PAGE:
“You are no longer relevant!” That’s the scariest sentence a popular musician can hear. It’s a crushing reality that haunts the strongest artists. Nobody wants to be irrelevant. No one wants to hear those words. Why? It’s like all of an artist’s deepest darkest fears coming to life and lapping the soul out of them.
Apart from the chance to make money via their passion, one of the most important parts of the life of a superstar is the power and importance that fame brings. A popular artist is a mini-god; their human experience is the opposite of normalcy. They move between worlds and social classes with acceptance and worship following them through every space that they inhabit, no matter how brief. Imagine D’banj walking into a secondary school class.
That surprise, ecstasy and joy from the students might seem normal for him, but it’s a huge part of his life. That’s his human experience, being fawned over and greeted with double takes as a star. It’s very important. Young artists dream of that. People work all their lives for such a reality, no matter how fleeting.
Fame is a drug that takes over your system. It reaches its hands slowly as an accessory to great music and drags you in. An artist starts out with feeling surprised at a great reception for a song. Keep that up for a year, and it becomes his life. Depending on the length of his career at the top, fame deludes everyone with the promise of permanence. The longer an artist wins or stays on a winning streak, the deeper he gets couched in that fame.
They even come to expect it, and demand that for every public function, they need to be put on a pedestal where they will be adored or “feel the love.” If you’ve ever witnessed a situation where an artist failed to get his due, you would be amazed at how this thing matters. Artists have been known to offer a bad performance, or cancel engagements because they were treated like the rest of humanity. They hate that. Give them some glitter, a little scream, and a vain request for a selfie. That is the ultimate drug.
Irrelevance comes for us all, across all spheres of life. As a musician who depends on the public for a livelihood, it has fatal consequences. Apart from the loss of status, it also signifies the start of a barren financial run.
That’s why an artist kicks harder when they notice that they are losing relevance. Have you ever met a musician on the decline? Have you been opportuned to see what living in that state does to them? They are like broke junkies in dire need of a shot in the arm. They are restless and lack peace. They run from end to end, seeking solutions to halt the process. It’s a valid problem, one that they have to find a cure for. It is at this point that you get to know the difference between a smart and dumb artist.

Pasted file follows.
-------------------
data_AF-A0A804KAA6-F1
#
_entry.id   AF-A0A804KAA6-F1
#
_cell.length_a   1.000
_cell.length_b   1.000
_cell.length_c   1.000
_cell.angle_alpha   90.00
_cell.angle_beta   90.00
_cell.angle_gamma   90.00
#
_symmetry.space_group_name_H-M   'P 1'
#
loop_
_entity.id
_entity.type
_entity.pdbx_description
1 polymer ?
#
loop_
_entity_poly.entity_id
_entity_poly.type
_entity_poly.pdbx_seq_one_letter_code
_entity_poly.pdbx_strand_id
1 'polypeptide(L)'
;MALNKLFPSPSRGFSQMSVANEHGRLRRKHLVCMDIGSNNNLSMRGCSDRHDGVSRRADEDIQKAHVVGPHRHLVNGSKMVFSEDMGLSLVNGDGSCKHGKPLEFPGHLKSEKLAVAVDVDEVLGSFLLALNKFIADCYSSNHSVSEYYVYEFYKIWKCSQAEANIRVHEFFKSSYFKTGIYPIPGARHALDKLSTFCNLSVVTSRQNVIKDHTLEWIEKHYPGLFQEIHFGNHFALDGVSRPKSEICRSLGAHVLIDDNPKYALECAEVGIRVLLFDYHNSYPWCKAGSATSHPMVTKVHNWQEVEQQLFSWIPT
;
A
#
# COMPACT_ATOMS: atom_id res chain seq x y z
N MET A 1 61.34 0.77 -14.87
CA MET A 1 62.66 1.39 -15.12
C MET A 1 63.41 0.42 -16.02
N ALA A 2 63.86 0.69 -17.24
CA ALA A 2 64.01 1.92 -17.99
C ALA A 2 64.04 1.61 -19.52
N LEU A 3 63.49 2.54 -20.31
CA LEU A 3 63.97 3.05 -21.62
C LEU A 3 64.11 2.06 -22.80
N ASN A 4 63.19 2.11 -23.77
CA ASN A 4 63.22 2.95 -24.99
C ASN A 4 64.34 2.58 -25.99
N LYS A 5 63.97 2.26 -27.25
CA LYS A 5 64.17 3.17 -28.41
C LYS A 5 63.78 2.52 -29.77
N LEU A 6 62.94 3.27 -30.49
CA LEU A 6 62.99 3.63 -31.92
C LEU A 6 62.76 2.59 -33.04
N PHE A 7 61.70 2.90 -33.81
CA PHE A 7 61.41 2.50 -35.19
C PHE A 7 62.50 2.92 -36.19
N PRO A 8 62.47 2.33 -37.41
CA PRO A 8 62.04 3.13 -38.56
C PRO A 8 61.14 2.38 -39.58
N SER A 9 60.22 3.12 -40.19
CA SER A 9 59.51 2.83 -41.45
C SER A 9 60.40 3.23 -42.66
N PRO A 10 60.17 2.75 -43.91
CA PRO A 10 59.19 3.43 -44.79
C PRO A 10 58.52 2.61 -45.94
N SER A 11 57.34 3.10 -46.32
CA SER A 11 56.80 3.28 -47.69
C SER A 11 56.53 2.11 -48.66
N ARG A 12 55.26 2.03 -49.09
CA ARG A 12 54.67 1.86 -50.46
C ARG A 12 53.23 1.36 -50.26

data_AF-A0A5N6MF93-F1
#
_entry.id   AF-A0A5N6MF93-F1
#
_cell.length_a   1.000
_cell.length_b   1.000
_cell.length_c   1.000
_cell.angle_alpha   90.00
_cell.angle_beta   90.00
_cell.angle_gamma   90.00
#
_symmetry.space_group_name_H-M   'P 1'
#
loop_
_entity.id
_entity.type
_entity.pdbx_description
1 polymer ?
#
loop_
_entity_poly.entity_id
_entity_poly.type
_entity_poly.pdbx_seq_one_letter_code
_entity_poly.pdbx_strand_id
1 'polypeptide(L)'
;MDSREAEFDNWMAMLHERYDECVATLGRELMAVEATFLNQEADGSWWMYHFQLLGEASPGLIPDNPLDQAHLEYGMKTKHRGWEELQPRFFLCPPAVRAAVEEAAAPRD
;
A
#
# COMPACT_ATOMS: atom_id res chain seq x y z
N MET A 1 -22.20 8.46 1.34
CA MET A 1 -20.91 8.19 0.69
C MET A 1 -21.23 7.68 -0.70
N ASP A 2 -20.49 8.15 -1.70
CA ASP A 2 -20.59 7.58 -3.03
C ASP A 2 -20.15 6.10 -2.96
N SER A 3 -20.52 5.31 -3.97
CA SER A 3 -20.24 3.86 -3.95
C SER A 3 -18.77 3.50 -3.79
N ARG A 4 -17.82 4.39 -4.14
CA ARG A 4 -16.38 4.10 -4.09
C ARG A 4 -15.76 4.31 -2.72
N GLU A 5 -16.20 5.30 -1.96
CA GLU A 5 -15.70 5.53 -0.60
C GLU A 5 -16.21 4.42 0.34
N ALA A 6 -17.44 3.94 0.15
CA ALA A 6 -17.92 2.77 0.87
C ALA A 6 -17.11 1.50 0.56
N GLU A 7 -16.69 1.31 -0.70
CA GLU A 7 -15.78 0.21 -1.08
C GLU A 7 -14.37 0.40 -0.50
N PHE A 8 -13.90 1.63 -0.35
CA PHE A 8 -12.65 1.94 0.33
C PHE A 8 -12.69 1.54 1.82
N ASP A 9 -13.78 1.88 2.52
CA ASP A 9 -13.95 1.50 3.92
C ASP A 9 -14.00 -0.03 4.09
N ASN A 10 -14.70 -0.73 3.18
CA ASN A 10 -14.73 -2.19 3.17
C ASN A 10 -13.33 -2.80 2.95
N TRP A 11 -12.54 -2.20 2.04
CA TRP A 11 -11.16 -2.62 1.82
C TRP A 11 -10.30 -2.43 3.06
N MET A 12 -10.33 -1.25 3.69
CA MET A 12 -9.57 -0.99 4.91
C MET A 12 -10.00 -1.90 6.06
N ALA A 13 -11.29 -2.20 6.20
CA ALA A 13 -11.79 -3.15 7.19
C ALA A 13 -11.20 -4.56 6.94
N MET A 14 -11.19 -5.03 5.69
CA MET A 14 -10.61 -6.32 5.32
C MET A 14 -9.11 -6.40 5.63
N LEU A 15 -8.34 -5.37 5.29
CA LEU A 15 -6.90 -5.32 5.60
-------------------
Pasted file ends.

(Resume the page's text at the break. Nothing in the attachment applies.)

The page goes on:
Smart performers understand that fame is an accessory. They know that their power comes from the art, and the control they wield over fans, come from the potency and spread of it. They aren’t deluded by the intoxicating “love” that they have enjoyed so far. While they revelled in the happiness, they never forgot that it is only happening because the music strikes a connection. That connection is why their ‘normal’ photo on Instagram gets thousands of likes. It’s also why there are air importance and value to whatever they say, so they seek for a solution to address the slump.
They hunt and capitalise on what’s left of their relevance to get into creative spaces with sharper and younger producers and artists. They try to glean what they can to create another winning record and get back on the path of greatness. Sometimes they win; the song picks and blows again. This extends its public lifespan, and the world goes back to normal. But that’s being too optimistic. They are more likely to lose than find joy. They are on the decline from external factors, such as the law of marginal utility. Life is cyclical. You can’t be hot forever.
The dumb ones ignore the music and begin to focus on the use of gimmicks as a strategy. They devise the most desperate ploys to become hot again, by commodifying and selling parts of themselves for clout. Some go fishing for a scandal. Many perform the most controversial acts like wearing the most outlandish outfits and hoping that they get to make the news again. Skiibii, before ‘Sensima’ validated his hustle, died and rose again from the dead.
I have seen a number of artists orchestrate pathetic public beef to get back into the news. Blatant lies are told for clicks and retweets, false relationships are engineered and promoted. Or in the current case of Iyanya, personal lines are crossed and the public is invited for a feast of controversy. The dumb ones lack the range to understand their plight. And their desperation diminishes them.
May we never be dumb in our old age. Amen.